Whenever one claims to be carrying out a critique of 'metaphysico-religious' absolutes, one has in mind the critique of onto-theology insofar as the latter coincides with the critique of Judaeo-Christian theology's claim that its belief in a unique God is founded upon supposedly rational truths, all of which are anchored in the idea of a supreme being who is the prime mover of all things. But it is necessary to point out something which, curiously enough, is not, or is no longer, self-evident. This is the fact that in criticizing metaphysics' pretension to think the absolute, we may - as indeed proved to be the case - succeed in undermining a particular religion which appealed to 'natural reason' in order to declare the superiority of its particular beliefs over those of other religions.
Thus, for example, by destroying every form of proof for the existence of a supreme being, one removes the rational support which a specific monotheistic religion invoked against every form of polytheistic religion. Consequently, by destroying metaphysics, one has effectively rendered it impossible for a particular religion to use a pseudo-rational argumentation against every other religion. But in doing so - and this is the decisive point - one has inadvertently justified belief's claim to be the only means of access to the absolute. Once the absolute has become unthinkable, even atheism, which also targets God's inexistence in the manner of an absolute, is reduced to a mere belief, and hence to a religion, albeit of the nihilist kind. Faith is pitched against faith, since what determines our fundamental choices cannot be rationally proved. In other words, the de-absolutization of thought boils down to the mobilization of a fideist argument; but a fideism that is 'fundamenal' rather than merely 'historical' in nature - that is to say, a fideism that has become thought's defence of religiosity in general, rather than of a specific religion.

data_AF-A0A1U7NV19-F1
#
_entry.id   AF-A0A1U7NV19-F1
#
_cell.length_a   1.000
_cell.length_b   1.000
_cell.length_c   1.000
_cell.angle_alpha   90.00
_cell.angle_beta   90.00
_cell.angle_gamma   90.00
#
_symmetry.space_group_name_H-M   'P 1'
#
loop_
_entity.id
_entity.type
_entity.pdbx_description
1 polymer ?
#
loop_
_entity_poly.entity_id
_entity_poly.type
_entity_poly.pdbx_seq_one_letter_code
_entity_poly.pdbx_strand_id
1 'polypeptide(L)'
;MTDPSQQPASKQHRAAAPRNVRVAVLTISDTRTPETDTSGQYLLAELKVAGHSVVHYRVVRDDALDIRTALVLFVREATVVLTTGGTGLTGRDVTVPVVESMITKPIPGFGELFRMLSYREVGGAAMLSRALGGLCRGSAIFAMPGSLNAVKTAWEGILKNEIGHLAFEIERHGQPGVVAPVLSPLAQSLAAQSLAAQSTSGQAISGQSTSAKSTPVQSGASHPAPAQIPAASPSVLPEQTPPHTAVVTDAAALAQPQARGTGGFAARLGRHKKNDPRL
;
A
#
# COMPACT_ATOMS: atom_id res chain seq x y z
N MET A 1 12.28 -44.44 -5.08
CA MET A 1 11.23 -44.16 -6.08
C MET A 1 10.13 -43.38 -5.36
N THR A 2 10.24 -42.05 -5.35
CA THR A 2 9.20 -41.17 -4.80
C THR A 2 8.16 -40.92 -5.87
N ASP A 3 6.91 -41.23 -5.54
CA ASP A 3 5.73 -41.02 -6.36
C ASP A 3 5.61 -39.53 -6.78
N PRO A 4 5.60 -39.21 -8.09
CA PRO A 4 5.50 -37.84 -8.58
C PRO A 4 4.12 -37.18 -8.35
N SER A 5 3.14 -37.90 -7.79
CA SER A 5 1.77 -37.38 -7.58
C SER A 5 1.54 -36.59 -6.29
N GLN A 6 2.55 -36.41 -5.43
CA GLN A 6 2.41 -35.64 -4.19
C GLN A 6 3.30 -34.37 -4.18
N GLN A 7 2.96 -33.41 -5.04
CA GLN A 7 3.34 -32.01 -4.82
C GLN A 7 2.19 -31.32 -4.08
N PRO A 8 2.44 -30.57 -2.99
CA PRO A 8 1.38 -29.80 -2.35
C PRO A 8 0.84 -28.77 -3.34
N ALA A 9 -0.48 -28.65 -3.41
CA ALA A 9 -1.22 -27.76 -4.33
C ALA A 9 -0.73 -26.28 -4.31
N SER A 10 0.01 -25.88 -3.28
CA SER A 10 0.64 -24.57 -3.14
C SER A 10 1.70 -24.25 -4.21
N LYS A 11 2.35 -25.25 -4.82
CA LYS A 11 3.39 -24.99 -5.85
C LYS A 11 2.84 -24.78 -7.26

... it is our conviction that the contemporary end of metaphysics is nothing other than the victory of such a fideism.Quentin Meillassoux, After Finitude: An Essay on the Necessity of Contingency (Continuum International Publishing Group, 2010), 46.